The following August, Bundy was spotted by a Utah highway patrolman. The officer thought that the car Bundy was driving was suspicious, so he followed it. Upon being tailed, Bundy took off and lead the patrolman on a high-speed chase. Finally giving up, he pulled over and allowed the patrolman to search his vehicle. The items the patrolman found raised some eyebrows (a ski mask, a crowbar, and handcuffs). The officer recalled a man who resembled Bundy, as well as the description of the VW he was driving, fitting the description of the man who DaRonch reported for assault. This led to Bundy’s arrest, and eventual conviction on assault and kidnapping charges.

Following his conviction, Bundy was charged with the murder of Caryn Campbell. While at a pretrial hearing, Bundy jumped from a two-story window and escaped. He was apprehended by the FBI days later.

But this wouldn’t be Bundy’s only escape attempt.

Bundy's spree continues

According to Insider, Ted Bundy made another successful escape on December 30, 1977. This time, Bundy removed a light fixture in his cell at the Garfield County Jail, where he was being held on charges. He wiggled through the hole, crawled around the ceiling, then dropped through it at another spot in the building. Bundy was able to walk out undetected.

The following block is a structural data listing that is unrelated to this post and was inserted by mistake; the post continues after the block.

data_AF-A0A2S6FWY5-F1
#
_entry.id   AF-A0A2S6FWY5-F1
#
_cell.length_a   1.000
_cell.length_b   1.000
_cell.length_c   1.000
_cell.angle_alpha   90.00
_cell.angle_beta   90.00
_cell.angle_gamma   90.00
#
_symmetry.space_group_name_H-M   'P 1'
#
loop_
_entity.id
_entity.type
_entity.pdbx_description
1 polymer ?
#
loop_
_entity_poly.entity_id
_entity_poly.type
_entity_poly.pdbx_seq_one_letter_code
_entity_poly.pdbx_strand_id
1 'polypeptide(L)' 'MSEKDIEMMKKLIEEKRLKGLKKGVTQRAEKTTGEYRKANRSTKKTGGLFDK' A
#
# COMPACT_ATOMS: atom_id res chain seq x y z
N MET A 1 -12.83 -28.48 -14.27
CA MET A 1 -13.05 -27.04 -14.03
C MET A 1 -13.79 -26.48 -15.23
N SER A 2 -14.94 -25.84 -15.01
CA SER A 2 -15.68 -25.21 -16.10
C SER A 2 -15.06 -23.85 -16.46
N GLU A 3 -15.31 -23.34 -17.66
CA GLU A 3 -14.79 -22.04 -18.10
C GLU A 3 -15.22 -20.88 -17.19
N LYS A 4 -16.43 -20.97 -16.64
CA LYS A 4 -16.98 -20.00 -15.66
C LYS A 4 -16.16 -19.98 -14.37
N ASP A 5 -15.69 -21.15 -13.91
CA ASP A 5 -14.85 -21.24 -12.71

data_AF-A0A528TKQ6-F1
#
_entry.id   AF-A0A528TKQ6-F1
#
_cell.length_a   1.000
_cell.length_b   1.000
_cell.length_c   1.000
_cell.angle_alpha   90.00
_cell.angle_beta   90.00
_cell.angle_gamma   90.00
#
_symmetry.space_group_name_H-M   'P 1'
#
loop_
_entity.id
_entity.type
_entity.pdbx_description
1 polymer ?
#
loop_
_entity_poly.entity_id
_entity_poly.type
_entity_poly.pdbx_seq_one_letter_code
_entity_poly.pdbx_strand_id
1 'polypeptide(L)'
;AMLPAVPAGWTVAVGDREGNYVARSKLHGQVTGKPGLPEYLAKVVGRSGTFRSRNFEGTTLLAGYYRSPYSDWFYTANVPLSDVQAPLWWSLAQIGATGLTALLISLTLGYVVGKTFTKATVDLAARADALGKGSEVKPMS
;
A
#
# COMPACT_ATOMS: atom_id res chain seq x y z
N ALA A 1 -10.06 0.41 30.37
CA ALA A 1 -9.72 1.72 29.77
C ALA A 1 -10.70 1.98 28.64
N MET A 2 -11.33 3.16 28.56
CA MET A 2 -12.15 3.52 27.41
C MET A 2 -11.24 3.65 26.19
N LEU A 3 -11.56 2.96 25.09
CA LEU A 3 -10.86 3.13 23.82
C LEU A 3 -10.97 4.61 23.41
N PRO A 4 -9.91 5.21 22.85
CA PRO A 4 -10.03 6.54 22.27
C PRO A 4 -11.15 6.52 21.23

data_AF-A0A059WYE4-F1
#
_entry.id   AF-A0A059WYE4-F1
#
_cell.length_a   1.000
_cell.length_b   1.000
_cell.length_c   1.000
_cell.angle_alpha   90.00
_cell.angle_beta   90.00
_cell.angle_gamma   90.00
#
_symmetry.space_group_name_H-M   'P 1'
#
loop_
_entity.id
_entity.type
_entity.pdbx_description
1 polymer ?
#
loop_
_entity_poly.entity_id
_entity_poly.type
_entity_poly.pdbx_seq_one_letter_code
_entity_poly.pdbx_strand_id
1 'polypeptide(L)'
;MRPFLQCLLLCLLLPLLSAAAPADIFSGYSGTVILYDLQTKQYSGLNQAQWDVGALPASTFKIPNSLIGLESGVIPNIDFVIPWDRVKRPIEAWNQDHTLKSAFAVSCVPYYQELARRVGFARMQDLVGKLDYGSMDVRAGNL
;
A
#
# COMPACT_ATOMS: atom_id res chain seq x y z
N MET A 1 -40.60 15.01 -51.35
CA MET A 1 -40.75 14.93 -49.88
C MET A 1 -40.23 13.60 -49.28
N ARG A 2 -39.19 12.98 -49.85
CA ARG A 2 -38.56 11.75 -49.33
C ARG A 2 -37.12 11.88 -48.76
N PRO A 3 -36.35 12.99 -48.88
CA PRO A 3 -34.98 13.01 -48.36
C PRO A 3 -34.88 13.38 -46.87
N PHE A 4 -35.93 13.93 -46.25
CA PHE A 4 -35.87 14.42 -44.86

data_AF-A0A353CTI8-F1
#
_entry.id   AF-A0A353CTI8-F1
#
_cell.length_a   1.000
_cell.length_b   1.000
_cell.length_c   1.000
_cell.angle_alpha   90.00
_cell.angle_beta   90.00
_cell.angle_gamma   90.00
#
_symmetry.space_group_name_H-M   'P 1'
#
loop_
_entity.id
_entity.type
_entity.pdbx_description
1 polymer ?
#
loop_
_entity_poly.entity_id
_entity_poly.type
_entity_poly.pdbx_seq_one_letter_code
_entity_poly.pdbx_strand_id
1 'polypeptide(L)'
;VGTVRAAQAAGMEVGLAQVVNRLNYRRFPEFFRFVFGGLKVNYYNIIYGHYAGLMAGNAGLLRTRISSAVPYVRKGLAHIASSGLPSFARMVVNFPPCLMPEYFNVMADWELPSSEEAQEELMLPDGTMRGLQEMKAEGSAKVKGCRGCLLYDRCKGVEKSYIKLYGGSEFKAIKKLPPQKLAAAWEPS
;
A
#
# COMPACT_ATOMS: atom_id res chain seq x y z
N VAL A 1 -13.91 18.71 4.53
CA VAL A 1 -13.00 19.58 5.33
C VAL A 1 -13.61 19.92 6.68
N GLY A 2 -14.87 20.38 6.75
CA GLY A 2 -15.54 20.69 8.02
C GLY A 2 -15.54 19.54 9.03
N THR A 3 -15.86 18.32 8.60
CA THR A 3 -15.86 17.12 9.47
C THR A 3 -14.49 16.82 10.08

Bundy made his way to Florida, where he resumed killing young female victims (via Crime Museum).  Before he was finally recaptured on February 15, 1978, Bundy took the lives of an additional six women. Three of them were the result of his late night attack at the Chi Omega sorority house at Florida State University.

Bundy was convicted initially on two counts of murder in Florida, and given two death sentences for his crimes (via Biography). In 1980, he was charged with, and convicted of one additional murder, resulting in one more death sentence. Bundy maintained his innocence throughout questioning, and all phases of his numerous trials. Bundy also appealed his cases all the way to the United States Supreme Court, only to be rejected every time.

As his execution date began to loom ever so close, Bundy summoned officials through his post-conviction attorney, Polly Nelson. In what Nelson described as a way to buy himself some time, Bundy began to confess his crimes (via Oxygen).

A last-minute confession

Ted Bundy believed that if he confessed his crimes, the courts would postpone his execution (via Oxygen). By confessing, Bundy figured that the Florida governor would allow Bundy to live so that he could be used as a tool to locate the bodies of some of his missing victims. But Bundy was wrong. His appeals were all used up, and the governor’s office ignored Bundy’s request for a stay of execution. He was put to death on January 24, 1989, per Biography.

In the days prior to his death, Bundy confessed to the chilling murders of 36 women. The murders took place across multiple states, and most of the victims fit eerily similar descriptions. Most were young women (one as young as 12), who had long, dark hair that was parted down the middle (via Heavy). 

Investigators believe that Bundy could have been responsible for the deaths of up to 100 women. But with the man the media dubbed the Co-ed Killer now dead for over 30 years, it’s highly unlikely that the world will ever know exactly how many women Bundy took from this life.